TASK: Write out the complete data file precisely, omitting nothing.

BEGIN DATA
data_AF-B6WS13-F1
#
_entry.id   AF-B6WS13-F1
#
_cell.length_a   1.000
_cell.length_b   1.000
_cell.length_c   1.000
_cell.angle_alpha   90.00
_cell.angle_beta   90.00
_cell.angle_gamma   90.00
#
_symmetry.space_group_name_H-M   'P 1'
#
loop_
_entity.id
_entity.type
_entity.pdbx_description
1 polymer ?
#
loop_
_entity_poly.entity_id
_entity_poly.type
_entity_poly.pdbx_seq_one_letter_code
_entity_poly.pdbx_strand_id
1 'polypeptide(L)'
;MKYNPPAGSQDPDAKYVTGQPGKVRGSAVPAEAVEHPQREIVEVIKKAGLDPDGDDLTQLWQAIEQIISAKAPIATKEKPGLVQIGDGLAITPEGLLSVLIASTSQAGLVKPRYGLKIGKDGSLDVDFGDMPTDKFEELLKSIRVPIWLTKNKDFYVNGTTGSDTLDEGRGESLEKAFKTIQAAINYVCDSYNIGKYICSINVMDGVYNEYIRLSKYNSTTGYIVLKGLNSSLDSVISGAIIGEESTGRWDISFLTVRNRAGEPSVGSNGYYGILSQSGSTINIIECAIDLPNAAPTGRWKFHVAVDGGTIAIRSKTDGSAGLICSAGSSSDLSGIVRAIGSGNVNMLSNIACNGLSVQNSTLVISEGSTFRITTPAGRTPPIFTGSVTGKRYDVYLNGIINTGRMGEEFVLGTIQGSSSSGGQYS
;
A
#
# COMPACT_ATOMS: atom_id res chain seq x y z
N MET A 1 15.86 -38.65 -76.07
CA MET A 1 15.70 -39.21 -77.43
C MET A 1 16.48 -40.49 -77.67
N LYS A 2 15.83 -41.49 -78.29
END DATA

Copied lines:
data_AF-B6WS13-F1
#
_entry.id   AF-B6WS13-F1
#
_cell.length_a   1.000
_cell.length_b   1.000
_cell.length_c   1.000
_cell.angle_alpha   90.00
_cell.angle_beta   90.00
_cell.angle_gamma   90.00
#
_symmetry.space_group_name_H-M   'P 1'
#
loop_
_entity.id
_entity.type
_entity.pdbx_description
1 polymer ?
#
loop_
_entity_poly.entity_id
_entity_poly.type
_entity_poly.pdbx_seq_one_letter_code
_entity_poly.pdbx_strand_id
1 'polypeptide(L)'
;MKYNPPAGSQDPDAKYVTGQPGKVRGSAVPAEAVEHPQREIVEVIKKAGLDPDGDDLTQLWQAIEQIISAKAPIATKEKPGLVQIGDGLAITPEGLLSVLIASTSQAGLVKPRYGLKIGKDGSLDVDFGDMPTDKFEELLKSIRVPIWLTKNKDFYVNGTTGSDTLDEGRGESLEKAFKTIQAAINYVCDSYNIGKYICSINVMDGVYNEYIRLSKYNSTTGYIVLKGLNSSLDSVISGAIIGEESTGRWDISFLTVRNRAGEPSVGSNGYYGILSQSGSTINIIECAIDLPNAAPTGRWKFHVAVDGGTIAIRSKTDGSAGLICSAGSSSDLSGIVRAIGSGNVNMLSNIACNGLSVQNSTLVISEGSTFRITTPAGRTPPIFTGSVTGKRYDVYLNGIINTGRMGEEFVLGTIQGSSSSGGQYS
;
A
#
# COMPACT_ATOMS: atom_id res chain seq x y z
N MET A 1 15.86 -38.65 -76.07
CA MET A 1 15.70 -39.21 -77.43
C MET A 1 16.48 -40.49 -77.67
N LYS A 2 15.83 -41.49 -78.29